Legal representatives of WikiLeaks founder Julian Assange came under fire yesterday for inadvertently publicly naming two women who claim he raped them.
Solicitors acting on behalf of the 39-year-old suspect included the details in legal documents posted on their website after he appeared in court.
The 35-page skeleton argument outlined why the former computer hacker should not be extradited to Sweden.
It was intended for reporters but ended up being circulated widely on the internet, with at least one national newspaper posting a link directly to it.
Campaigner Katrin Axelsson, of Women Against Rape (WAR), criticised the decision to release their names.
She said the right of rape victims to remain anonymous was as crucial as a defendant's right to be presumed innocent.
Rape victims are automatically granted lifetime anonymity in British courts under the Sexual Offences Act. But the two women remain in Sweden and are not protected by British law. They have been the subject of a torrent of speculation and comment in numerous online blogs and on social networking sites.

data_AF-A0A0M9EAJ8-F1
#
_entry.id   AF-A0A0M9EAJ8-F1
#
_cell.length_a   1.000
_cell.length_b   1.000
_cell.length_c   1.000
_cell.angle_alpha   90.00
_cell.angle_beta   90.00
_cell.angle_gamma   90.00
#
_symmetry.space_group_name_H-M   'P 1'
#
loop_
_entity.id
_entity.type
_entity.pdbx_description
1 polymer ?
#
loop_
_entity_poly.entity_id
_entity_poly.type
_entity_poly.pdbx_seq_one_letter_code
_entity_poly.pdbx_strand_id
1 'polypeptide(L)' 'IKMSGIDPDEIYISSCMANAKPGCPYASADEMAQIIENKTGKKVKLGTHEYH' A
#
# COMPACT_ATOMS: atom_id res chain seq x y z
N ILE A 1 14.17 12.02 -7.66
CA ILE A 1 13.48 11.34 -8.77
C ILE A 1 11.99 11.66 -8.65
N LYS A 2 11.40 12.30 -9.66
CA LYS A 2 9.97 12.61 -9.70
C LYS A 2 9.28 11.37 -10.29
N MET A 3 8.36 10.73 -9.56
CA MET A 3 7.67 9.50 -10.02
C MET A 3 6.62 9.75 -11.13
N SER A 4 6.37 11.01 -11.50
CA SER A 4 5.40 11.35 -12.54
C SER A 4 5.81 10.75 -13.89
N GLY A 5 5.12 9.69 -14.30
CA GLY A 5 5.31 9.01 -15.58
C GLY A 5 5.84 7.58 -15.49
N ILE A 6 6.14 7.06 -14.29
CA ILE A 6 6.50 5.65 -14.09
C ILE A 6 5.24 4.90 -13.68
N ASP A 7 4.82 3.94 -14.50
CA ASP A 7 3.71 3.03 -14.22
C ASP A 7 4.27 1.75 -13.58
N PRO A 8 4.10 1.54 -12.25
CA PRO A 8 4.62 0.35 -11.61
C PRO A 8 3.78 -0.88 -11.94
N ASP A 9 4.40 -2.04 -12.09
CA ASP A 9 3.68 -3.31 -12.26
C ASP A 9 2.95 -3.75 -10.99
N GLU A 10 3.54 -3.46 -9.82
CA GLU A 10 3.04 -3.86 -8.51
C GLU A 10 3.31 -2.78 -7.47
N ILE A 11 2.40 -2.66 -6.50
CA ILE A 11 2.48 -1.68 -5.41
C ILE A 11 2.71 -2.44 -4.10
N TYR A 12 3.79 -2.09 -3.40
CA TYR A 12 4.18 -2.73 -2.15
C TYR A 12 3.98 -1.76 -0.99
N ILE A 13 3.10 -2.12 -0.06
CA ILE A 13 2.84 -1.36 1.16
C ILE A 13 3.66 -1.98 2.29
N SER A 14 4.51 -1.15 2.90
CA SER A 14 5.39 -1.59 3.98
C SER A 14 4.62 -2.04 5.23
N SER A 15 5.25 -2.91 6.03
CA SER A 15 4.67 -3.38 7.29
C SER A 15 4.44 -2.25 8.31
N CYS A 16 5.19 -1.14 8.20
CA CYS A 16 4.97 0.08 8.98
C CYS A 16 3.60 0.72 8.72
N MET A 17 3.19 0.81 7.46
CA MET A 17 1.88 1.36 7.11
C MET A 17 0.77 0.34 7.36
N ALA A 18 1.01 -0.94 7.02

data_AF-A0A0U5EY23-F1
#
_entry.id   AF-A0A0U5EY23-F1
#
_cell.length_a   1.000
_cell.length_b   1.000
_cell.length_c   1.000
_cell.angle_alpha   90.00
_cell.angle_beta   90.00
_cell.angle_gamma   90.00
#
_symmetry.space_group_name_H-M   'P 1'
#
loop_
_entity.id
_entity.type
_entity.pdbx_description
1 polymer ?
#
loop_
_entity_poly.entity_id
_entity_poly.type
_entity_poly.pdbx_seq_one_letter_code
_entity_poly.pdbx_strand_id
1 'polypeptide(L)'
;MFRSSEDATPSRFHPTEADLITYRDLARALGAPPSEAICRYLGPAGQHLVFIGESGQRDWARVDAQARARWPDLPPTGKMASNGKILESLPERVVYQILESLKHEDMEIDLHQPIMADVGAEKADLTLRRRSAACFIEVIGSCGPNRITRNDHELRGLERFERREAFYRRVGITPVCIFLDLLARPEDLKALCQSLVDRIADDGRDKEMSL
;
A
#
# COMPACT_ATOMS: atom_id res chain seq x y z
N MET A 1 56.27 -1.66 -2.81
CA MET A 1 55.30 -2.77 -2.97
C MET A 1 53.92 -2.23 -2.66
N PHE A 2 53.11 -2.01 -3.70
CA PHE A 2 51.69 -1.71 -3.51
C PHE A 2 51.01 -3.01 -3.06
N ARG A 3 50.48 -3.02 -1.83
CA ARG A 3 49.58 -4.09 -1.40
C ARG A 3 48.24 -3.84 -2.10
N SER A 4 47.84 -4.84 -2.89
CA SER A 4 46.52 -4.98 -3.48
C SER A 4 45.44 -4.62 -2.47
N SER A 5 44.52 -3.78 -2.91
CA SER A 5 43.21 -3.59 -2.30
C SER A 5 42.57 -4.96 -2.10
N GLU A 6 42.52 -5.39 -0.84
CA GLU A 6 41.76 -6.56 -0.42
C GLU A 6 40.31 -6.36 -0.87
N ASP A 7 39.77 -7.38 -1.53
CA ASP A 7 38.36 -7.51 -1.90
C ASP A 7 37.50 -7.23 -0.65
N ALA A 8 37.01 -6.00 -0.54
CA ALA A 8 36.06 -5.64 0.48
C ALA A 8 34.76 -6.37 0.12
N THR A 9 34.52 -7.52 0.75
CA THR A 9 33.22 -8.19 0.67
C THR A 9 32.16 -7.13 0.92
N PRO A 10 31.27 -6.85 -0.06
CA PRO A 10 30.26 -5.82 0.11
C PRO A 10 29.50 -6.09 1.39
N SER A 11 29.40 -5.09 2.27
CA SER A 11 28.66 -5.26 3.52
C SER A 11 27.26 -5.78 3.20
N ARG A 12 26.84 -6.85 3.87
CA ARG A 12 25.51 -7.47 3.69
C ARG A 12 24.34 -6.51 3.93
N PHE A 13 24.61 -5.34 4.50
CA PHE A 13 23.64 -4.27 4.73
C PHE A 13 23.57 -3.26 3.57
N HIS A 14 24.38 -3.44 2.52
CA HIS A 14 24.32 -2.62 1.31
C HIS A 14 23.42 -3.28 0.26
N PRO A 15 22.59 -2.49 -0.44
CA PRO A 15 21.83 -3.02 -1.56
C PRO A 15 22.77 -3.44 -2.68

Mark Stephens, who represents Assange, said the names were removed after he realised the document was being circulated beyond the media.
He said: "The position is that the person who made the decision to name the women was Marianne Ny, the Swedish prosecutor. She put their names in the European Arrest Warrant, which is a public document, and she could have anonymised them."
He added: "We put up the skeleton, which did name the women originally, because we thought it was only for the press. It was not intended for public consumption. When a newspaper linked to it we suddenly realised they were encouraging members of the public to go to it.
"We thought about whether it was appropriate to name the women or not. We took the view we were not legally obliged not to, but we took the decision that we would anonymise them."